Dunbar

[duhn-bahr for 1; duhn-bahr for 2, 3]
noun
  1. Paul Laurence,1872–1906, U.S. poet.
  2. William,c1460–c1520, Scottish poet.
  3. a town in the Lothian region, in SE Scotland, at the mouth of the Firth of Forth: site of Cromwell's defeat of the Scots 1650.
Dictionary.com Unabridged Based on the Random House Unabridged Dictionary, © Random House, Inc. 2018

Examples from the Web for dunbar

Contemporary Examples of dunbar

Historical Examples of dunbar

  • I cut him nigh to the saddle-bow in a skirmish on the eve of Dunbar.

    Micah Clarke

    Arthur Conan Doyle

  • He spoke of the sudden faintness which had come over Mr. Dunbar.

    Henry Dunbar

    M. E. Braddon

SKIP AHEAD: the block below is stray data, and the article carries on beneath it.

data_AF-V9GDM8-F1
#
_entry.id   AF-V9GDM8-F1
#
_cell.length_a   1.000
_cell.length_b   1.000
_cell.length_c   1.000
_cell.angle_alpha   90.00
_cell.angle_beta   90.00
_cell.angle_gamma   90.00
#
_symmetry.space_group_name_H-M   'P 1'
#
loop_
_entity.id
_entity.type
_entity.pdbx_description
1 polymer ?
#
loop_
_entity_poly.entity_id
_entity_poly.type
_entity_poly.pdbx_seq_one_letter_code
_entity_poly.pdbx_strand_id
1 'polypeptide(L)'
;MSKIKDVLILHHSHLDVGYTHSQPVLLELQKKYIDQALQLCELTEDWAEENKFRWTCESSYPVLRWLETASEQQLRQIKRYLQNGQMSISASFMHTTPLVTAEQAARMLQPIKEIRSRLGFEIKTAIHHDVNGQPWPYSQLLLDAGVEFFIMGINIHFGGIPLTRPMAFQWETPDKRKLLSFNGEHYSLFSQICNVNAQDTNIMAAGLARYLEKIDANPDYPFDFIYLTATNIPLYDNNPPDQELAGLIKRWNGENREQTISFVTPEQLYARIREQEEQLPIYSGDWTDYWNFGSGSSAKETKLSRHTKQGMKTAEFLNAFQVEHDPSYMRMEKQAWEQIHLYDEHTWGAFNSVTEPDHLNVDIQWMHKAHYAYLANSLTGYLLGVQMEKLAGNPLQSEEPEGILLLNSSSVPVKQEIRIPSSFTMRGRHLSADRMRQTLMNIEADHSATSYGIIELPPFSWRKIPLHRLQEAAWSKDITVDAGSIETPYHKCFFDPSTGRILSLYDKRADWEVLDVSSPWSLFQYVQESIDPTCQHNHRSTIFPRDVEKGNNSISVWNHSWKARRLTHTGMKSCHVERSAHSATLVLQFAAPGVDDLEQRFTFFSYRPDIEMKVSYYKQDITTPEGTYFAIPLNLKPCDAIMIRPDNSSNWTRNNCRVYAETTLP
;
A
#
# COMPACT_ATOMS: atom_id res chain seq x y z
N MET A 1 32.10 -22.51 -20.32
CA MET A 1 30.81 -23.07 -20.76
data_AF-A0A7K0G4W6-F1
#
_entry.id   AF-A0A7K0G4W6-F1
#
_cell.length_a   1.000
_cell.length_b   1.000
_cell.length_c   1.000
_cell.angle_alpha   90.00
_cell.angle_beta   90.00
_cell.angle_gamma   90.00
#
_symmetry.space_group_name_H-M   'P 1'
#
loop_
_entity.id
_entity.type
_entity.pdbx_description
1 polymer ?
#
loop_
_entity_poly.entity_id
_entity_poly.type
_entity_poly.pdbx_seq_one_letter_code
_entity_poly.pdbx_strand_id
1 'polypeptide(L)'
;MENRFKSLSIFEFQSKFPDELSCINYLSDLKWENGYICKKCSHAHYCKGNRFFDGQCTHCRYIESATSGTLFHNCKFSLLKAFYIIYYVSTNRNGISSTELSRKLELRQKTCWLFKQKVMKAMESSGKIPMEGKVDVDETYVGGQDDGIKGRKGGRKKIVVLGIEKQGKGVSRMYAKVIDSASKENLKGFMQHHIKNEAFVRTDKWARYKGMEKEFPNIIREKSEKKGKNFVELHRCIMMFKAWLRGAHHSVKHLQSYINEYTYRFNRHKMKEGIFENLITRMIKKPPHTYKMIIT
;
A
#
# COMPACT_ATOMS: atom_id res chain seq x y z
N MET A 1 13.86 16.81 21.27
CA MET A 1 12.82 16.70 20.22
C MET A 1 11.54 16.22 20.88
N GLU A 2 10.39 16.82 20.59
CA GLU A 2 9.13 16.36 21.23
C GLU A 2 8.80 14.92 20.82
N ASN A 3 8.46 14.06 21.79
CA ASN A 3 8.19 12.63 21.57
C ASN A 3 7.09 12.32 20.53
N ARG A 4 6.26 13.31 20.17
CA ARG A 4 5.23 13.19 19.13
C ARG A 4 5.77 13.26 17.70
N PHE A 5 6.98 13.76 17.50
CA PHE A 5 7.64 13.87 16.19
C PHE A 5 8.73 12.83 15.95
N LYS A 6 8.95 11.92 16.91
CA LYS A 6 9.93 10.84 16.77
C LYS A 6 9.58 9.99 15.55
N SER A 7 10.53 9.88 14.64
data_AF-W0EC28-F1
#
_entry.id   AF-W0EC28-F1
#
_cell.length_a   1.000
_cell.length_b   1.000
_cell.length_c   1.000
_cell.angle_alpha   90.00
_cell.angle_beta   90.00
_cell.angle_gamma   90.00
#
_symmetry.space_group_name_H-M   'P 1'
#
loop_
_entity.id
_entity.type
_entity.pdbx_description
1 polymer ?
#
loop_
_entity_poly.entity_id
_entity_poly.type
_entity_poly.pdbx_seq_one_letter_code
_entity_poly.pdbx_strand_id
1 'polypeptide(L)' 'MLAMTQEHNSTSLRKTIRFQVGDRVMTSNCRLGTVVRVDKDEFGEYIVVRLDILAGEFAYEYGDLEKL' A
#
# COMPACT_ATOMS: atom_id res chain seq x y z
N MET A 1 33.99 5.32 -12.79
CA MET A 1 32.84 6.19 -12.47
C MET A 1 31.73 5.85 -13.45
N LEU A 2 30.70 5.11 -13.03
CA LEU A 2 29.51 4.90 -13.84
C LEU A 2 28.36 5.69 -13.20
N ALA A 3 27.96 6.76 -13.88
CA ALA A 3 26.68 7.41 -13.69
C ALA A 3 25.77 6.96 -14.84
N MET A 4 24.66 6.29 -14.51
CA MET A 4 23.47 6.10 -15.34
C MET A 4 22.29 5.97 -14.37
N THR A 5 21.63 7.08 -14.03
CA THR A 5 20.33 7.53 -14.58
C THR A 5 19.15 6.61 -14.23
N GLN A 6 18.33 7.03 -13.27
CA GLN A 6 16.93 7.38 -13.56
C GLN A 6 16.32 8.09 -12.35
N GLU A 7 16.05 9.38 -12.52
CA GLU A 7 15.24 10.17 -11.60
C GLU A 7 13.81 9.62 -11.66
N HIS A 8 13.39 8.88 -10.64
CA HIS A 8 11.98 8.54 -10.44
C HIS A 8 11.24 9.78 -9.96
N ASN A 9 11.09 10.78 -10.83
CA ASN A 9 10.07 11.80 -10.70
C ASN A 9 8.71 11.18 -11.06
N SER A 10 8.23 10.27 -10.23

• Mr. Dunbar, the constable, and Mr. Balderby drove straight to the magistrate's house.

    Henry Dunbar

    M. E. Braddon

  • Mr. Dunbar flung himself into a low easy-chair, and took up a newspaper.

    Henry Dunbar

    M. E. Braddon

  • Mr. Dunbar retired to the apartment that had been prepared for him.

    Henry Dunbar

    M. E. Braddon


British Dictionary definitions for dunbar

Dunbar

1
noun
  1. a port and resort in SE Scotland, in East Lothian: scene of Cromwell's defeat of the Scots (1650). Pop: 6354 (2001)

Dunbar

2
noun
  1. William. ?1460–?1520, Scottish poet, noted for his satirical, allegorical, and elegiac works
Collins English Dictionary - Complete & Unabridged 2012 Digital Edition © William Collins Sons & Co. Ltd. 1979, 1986 © HarperCollins Publishers 1998, 2000, 2003, 2005, 2006, 2007, 2009, 2012